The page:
Hippie Culture Essay
Hallie Israel and Molly Clark
Hippies represent the counterculture of the 1960’s. Their lifestyle is usually associated with rock music, hallucinogenic drugs, and long, flowy hair and clothing. They were seen by some as disrespectful and dirty and a disgrace to society, but to many they are a reminder of a more peaceful, carefree part of America’s history. Hippies were strongly against violence and supported liberal policies and freedom of personal expression, their lifestyles centering around the concepts of peace, freedom, and harmony for all people.
Generally, counterculture is used to describe the culture of a group of people whose morals, values, core ideals, and lifestyle …show more content…
Although each hippie embraced his or her own ideals as a part of their new culture, the stereotypical hippie:
-Used hallucinogenic drugs.
-Practiced or were interested in Eastern Religions
-Had very liberal political views.
-Peace and love instead of hate and war.
-Expressed extreme tolerance and on the subject of sexuality and sex.
-Live life to the fullest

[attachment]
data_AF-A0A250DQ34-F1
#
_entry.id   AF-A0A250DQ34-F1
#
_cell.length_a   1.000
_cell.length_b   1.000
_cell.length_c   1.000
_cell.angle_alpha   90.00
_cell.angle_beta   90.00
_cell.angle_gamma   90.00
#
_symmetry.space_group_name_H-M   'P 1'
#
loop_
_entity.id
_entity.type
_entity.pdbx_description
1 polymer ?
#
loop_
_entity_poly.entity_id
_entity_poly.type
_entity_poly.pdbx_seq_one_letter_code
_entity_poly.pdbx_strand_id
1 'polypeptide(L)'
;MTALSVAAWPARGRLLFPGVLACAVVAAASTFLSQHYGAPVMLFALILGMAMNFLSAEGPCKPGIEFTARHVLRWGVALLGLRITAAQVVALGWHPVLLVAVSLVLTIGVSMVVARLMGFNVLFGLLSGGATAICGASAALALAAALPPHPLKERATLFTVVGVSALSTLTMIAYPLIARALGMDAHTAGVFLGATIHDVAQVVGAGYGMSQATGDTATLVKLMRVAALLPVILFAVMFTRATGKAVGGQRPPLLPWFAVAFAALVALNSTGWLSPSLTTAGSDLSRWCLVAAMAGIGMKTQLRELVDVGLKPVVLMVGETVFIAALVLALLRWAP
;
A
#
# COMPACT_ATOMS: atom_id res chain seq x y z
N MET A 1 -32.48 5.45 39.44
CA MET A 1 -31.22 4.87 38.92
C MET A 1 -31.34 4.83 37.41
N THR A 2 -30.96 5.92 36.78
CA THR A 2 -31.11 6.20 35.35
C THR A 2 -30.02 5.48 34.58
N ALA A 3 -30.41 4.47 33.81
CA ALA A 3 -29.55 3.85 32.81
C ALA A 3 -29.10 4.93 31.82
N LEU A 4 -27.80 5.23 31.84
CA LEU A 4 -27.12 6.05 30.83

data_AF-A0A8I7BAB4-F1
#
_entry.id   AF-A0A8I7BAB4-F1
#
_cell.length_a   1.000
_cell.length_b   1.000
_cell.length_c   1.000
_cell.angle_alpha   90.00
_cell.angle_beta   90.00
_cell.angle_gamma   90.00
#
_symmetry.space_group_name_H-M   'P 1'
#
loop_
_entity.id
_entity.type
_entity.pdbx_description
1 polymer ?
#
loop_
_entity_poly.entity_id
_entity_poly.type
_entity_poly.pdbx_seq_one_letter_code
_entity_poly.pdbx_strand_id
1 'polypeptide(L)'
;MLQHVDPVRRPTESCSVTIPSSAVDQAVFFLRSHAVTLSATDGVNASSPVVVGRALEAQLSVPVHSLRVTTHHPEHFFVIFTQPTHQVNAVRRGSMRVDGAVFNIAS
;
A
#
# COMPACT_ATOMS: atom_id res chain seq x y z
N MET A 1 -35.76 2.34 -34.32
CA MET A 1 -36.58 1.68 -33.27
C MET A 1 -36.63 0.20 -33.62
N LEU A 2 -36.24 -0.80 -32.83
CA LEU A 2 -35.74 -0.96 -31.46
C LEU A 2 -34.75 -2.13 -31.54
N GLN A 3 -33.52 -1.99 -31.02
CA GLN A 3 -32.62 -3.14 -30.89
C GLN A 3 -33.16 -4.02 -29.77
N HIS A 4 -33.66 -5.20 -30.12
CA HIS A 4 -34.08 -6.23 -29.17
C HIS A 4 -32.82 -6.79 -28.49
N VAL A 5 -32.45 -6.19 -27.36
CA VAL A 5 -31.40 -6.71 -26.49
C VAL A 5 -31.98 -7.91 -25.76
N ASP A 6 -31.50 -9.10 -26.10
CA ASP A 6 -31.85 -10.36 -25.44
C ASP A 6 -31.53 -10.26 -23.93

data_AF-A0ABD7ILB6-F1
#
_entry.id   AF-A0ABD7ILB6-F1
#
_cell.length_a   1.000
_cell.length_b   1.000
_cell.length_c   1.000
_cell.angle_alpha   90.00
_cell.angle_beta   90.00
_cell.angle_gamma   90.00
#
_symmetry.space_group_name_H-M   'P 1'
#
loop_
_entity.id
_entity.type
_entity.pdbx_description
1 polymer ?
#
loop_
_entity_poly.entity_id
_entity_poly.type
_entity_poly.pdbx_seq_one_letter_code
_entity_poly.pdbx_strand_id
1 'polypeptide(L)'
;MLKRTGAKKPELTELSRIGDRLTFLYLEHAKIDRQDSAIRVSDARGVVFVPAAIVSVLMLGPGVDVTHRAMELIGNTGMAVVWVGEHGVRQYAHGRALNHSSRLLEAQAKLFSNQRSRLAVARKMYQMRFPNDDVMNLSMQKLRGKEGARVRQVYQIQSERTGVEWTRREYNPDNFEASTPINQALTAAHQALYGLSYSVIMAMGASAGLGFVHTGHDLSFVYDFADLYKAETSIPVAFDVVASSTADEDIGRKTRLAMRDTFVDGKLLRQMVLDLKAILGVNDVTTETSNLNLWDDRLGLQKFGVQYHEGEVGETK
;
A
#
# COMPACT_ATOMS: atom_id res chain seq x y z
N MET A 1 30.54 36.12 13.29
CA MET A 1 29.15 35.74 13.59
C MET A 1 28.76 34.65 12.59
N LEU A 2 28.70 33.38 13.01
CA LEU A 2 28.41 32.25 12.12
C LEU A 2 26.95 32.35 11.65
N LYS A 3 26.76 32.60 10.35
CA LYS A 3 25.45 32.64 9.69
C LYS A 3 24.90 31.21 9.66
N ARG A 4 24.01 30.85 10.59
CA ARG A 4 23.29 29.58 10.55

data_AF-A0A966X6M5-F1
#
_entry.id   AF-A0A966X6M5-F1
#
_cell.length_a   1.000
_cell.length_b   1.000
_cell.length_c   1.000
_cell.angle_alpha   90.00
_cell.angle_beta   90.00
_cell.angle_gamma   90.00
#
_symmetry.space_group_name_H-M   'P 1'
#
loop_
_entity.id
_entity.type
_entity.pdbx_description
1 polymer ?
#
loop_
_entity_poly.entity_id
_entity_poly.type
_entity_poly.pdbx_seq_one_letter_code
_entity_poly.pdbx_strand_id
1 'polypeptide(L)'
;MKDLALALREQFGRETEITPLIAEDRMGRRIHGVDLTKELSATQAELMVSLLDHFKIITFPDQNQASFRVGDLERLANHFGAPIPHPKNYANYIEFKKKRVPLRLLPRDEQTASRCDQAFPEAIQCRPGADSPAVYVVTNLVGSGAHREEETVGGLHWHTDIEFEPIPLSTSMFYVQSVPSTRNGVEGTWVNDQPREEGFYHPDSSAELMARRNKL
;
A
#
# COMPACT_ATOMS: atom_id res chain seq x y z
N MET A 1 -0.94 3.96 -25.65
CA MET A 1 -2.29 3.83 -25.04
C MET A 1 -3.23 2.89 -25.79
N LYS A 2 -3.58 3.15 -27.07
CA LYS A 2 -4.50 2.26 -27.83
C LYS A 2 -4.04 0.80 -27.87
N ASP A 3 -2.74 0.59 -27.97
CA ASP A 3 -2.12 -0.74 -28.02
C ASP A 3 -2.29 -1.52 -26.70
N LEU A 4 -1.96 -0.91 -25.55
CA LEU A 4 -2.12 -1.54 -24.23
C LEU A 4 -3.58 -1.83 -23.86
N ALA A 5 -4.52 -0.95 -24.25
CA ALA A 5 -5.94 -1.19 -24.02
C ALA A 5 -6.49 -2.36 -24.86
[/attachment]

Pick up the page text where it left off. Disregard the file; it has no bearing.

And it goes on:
-Embrace the peace and love expressed by music, as well as the unification it creates among people, usually rock and roll.
The culture of hippies was unlike anything the people of the United States had ever seen before. They focused their lives around the ideas of peace, love, freedom, and living life to the fullest. To heighten their experiences spiritually and physically, many hippies used hallucinogenic drugs, like LSD. They listened to rock music and encouraged artistic expression in all different mediums. They lived peaceful lives and believed that living together in harmony was possible and necessary. Because of this, they strongly opposed violence, in particular, the Vietnam War. They believed that the government was the root of this and many other evils in society at the time. Due to this belief in particular, many officials and authorities at the time felt threatened by the prescence and radical ideas expressed by hippie culture and saw them as a danger to society, instead of a peaceful force who disagreed with their way of